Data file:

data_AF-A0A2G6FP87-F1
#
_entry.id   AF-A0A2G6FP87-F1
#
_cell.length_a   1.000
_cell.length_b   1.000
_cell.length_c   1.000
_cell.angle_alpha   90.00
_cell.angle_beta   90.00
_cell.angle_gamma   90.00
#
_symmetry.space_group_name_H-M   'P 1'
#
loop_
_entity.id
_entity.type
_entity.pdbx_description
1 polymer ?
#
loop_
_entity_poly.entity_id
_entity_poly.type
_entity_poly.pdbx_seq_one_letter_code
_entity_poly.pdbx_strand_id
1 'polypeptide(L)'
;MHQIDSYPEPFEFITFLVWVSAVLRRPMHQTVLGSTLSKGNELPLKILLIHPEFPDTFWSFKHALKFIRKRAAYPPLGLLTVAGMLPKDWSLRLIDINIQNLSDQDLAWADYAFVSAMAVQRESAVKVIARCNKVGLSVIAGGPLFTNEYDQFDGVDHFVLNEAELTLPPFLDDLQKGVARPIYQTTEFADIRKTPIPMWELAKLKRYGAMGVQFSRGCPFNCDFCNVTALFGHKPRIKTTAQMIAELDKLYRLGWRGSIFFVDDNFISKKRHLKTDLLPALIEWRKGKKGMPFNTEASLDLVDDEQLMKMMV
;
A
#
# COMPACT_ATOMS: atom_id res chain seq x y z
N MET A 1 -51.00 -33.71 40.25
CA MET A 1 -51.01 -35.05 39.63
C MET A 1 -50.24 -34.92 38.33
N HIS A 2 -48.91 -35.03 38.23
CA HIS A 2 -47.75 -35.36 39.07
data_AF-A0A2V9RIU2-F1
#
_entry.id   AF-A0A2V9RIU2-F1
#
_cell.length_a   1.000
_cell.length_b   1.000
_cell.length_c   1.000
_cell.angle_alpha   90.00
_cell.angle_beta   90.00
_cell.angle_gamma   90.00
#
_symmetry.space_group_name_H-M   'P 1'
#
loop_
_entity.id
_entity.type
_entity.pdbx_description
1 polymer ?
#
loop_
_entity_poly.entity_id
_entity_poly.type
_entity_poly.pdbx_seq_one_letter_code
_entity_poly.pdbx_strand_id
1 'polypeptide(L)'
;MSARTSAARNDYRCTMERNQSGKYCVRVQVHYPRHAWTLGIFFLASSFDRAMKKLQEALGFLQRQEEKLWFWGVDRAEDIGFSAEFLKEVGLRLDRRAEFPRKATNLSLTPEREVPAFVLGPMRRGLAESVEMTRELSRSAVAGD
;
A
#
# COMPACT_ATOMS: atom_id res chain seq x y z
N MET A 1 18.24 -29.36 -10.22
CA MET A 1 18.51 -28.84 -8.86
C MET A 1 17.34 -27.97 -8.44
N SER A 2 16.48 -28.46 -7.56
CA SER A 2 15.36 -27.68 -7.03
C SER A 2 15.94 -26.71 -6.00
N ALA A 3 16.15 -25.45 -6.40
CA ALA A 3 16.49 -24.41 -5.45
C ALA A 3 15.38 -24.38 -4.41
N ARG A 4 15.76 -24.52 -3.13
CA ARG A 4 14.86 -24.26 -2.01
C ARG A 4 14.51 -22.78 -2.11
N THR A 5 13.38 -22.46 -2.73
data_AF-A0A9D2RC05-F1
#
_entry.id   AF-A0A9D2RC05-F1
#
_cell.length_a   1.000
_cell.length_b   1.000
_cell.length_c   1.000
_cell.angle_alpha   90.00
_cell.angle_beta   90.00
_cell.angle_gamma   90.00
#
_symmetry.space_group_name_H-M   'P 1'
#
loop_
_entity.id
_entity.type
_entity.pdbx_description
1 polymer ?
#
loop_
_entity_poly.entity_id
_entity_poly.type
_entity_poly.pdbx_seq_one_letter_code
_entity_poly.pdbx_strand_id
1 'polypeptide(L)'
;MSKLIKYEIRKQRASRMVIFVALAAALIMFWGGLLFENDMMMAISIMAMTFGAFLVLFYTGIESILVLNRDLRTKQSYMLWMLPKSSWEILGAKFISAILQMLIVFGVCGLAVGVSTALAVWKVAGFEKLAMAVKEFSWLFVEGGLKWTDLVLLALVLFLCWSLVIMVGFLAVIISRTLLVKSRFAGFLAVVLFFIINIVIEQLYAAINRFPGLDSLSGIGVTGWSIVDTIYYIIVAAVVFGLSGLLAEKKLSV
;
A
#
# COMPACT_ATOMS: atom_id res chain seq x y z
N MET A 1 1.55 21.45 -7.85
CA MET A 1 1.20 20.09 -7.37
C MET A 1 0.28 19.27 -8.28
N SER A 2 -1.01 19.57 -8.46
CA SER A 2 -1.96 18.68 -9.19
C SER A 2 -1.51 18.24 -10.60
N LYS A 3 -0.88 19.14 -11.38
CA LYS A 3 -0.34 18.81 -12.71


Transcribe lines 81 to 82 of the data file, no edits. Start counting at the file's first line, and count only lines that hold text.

_entry.id   AF-A0A9D2RC05-F1
#